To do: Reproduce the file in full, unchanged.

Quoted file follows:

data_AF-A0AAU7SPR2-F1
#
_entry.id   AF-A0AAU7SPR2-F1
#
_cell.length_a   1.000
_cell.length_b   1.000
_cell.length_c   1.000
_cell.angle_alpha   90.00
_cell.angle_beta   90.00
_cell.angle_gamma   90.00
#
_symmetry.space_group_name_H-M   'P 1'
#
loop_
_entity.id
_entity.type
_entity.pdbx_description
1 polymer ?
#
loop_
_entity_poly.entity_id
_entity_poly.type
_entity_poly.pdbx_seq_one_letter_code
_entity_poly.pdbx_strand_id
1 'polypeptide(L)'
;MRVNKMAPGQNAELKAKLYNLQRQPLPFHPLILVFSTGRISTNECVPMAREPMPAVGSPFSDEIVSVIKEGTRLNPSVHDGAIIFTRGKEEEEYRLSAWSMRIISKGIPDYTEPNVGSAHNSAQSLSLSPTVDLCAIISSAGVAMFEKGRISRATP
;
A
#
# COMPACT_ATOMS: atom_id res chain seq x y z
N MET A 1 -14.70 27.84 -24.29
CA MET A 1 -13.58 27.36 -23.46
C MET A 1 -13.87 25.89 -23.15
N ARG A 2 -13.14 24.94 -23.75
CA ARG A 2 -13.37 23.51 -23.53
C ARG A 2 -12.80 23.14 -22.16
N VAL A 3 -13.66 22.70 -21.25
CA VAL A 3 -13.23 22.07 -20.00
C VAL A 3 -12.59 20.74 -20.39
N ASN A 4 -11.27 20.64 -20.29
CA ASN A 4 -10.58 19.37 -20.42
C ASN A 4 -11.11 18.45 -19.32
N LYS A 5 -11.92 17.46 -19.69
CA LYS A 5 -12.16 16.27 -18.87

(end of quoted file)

data_AF-A0AAU7SPR2-F1
#
_entry.id   AF-A0AAU7SPR2-F1
#
_cell.length_a   1.000
_cell.length_b   1.000
_cell.length_c   1.000
_cell.angle_alpha   90.00
_cell.angle_beta   90.00
_cell.angle_gamma   90.00
#
_symmetry.space_group_name_H-M   'P 1'
#
loop_
_entity.id
_entity.type
_entity.pdbx_description
1 polymer ?
#
loop_
_entity_poly.entity_id
_entity_poly.type
_entity_poly.pdbx_seq_one_letter_code
_entity_poly.pdbx_strand_id
1 'polypeptide(L)'
;MRVNKMAPGQNAELKAKLYNLQRQPLPFHPLILVFSTGRISTNECVPMAREPMPAVGSPFSDEIVSVIKEGTRLNPSVHDGAIIFTRGKEEEEYRLSAWSMRIISKGIPDYTEPNVGSAHNSAQSLSLSPTVDLCAIISSAGVAMFEKGRISRATP
;
A
#
# COMPACT_ATOMS: atom_id res chain seq x y z
N MET A 1 -14.70 27.84 -24.29
CA MET A 1 -13.58 27.36 -23.46
C MET A 1 -13.87 25.89 -23.15
N ARG A 2 -13.14 24.94 -23.75
CA ARG A 2 -13.37 23.51 -23.53
C ARG A 2 -12.80 23.14 -22.16
N VAL A 3 -13.66 22.70 -21.25
CA VAL A 3 -13.23 22.07 -20.00
C VAL A 3 -12.59 20.74 -20.39
N ASN A 4 -11.27 20.64 -20.29
CA ASN A 4 -10.58 19.37 -20.42
C ASN A 4 -11.11 18.45 -19.32
N LYS A 5 -11.92 17.46 -19.69
CA LYS A 5 -12.16 16.27 -18.87